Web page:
counterpane and gilt canopy, and from that to the walls, painted in pale blue, and frescoed, and the cream-colored ceiling, with cross-beams of a soft, chocolate color, and then went to the iron-latticed window and looked down on a neatly-paved court, around which the house was built, and the great staircase with its wealth of brilliant-hued tropical flowers and climbing delicate-foliaged plants, and its Moorish dome painted in fresco. Where was I? Opening the door of my bedroom, I looked into the grand saloon, about sixty or seventy feet square, with its walls and ceiling painted like those just described, its glazed tile floor, double rows of Moorish arches and pillars supporting the roof, and chandeliers suspended with iron chains from the ceiling, and the long table with its crimson damask covering, and at last the truth of the situation flashed upon me. I was not in the Alhambra at Grenada, in 1469—I might have been, for everything was as thoroughly Moorish—but in Colima, in October, 1869.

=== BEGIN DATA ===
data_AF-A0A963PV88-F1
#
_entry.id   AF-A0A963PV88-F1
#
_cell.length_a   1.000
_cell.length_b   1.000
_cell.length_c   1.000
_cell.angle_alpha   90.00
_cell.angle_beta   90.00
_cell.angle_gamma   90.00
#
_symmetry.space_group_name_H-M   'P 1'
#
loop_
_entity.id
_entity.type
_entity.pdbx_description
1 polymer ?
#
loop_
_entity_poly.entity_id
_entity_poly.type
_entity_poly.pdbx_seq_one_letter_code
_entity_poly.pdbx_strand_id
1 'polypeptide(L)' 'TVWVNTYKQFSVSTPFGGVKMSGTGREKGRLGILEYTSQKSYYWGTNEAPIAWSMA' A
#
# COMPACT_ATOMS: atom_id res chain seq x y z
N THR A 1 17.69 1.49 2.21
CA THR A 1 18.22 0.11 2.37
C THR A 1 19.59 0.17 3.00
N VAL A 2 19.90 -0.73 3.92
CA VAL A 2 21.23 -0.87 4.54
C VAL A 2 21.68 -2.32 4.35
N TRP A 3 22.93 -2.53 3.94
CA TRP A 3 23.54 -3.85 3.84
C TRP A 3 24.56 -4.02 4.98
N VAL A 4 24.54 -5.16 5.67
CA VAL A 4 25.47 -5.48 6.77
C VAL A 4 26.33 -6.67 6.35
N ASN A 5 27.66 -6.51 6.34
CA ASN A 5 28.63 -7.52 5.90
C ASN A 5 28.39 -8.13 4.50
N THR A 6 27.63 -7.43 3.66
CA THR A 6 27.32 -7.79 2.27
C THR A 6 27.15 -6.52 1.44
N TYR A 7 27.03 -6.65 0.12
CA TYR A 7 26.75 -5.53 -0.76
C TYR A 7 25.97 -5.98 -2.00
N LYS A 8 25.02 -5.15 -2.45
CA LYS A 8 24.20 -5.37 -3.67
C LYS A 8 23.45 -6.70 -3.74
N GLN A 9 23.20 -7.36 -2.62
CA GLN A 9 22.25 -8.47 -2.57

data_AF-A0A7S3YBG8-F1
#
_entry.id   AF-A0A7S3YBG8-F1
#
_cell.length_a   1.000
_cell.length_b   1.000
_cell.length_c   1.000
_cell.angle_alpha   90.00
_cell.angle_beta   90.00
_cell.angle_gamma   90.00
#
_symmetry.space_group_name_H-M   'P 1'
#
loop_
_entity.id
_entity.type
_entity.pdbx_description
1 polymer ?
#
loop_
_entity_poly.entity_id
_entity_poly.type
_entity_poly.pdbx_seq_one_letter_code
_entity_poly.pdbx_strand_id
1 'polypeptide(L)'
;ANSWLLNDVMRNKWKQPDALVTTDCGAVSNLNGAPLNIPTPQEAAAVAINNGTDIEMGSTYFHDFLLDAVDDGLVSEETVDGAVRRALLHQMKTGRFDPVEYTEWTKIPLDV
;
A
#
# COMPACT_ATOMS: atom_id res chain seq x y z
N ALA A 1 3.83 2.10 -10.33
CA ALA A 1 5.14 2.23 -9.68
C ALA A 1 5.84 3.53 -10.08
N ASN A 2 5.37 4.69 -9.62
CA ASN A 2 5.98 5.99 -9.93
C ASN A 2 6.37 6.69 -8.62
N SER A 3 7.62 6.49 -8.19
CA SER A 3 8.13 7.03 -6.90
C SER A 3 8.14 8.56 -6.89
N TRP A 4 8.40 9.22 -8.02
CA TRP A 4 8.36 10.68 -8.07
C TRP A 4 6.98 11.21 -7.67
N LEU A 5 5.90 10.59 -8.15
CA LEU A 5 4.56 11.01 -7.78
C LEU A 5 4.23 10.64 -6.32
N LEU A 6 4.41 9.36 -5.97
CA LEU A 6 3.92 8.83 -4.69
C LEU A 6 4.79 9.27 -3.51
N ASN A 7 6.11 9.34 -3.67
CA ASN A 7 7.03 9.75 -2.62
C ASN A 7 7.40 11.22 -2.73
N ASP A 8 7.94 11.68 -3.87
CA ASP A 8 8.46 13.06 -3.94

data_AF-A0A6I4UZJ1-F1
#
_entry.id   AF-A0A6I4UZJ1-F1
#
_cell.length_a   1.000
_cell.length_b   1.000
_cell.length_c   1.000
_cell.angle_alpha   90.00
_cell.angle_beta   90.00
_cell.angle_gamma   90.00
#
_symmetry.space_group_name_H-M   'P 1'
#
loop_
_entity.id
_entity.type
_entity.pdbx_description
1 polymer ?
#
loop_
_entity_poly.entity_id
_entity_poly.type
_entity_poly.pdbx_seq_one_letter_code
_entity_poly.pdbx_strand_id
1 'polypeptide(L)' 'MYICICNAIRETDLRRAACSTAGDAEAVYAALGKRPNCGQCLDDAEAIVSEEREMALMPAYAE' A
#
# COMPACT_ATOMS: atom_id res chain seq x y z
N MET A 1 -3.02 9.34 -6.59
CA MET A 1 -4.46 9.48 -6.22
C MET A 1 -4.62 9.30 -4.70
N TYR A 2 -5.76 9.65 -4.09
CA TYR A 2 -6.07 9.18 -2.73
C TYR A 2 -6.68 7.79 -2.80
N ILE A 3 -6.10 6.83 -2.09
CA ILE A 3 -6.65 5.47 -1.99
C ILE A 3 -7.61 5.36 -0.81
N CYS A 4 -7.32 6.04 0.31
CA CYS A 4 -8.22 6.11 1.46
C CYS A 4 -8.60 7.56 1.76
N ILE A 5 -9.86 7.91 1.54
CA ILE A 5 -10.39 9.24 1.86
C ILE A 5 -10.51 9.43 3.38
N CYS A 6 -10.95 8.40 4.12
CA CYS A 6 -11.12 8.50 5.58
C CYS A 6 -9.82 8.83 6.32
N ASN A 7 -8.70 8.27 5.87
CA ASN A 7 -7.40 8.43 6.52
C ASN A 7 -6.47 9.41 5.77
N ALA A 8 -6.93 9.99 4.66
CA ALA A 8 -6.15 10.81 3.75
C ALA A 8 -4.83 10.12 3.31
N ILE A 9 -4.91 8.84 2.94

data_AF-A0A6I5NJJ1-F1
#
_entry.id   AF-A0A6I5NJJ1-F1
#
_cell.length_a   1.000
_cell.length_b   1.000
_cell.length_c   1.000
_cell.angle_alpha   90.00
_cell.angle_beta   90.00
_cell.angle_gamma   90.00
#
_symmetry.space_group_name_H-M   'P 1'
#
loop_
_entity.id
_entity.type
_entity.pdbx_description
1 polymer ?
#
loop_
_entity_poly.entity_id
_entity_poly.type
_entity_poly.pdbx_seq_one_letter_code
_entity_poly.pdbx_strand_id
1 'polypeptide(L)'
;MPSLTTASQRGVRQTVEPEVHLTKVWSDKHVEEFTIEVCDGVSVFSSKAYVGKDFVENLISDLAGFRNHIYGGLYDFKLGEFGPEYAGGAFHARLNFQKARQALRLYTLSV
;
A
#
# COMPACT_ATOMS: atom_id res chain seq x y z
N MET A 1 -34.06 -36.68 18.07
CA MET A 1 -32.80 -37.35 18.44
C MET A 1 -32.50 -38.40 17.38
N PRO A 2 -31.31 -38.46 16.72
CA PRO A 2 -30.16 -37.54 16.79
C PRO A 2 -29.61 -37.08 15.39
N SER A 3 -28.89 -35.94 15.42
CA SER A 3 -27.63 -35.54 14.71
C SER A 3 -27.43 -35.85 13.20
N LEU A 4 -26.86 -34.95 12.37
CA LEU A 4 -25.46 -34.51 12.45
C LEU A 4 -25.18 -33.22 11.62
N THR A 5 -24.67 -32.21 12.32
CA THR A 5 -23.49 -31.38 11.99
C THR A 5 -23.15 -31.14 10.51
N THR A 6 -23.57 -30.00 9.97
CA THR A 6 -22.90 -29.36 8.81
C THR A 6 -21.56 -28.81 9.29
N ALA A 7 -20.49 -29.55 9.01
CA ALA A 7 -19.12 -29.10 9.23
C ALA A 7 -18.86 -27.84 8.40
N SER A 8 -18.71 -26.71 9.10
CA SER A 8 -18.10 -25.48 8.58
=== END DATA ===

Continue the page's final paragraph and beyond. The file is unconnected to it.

"Is it a revolution?" I asked of the obsequious servant in white, who came at once to attend upon me. "Oh no, Señor; only the troops changing guard at the State Prison on the Plaza!"
Going out on the balcony, I looked across the way, and saw the band in front of the prison and the white-clad soldiers—all of Indian blood—with red plumes in their hats, and Springfield muskets of the year 1862 in their hands, going through the form of guard mounting. I saw those muskets in San Francisco, during the late war with France, if I mistake not. The ruinous old cathedral, dating far back into the 1600 and something, adjoins the prison, and all around the Plaza runs a row of shops, for the most part but one story high. All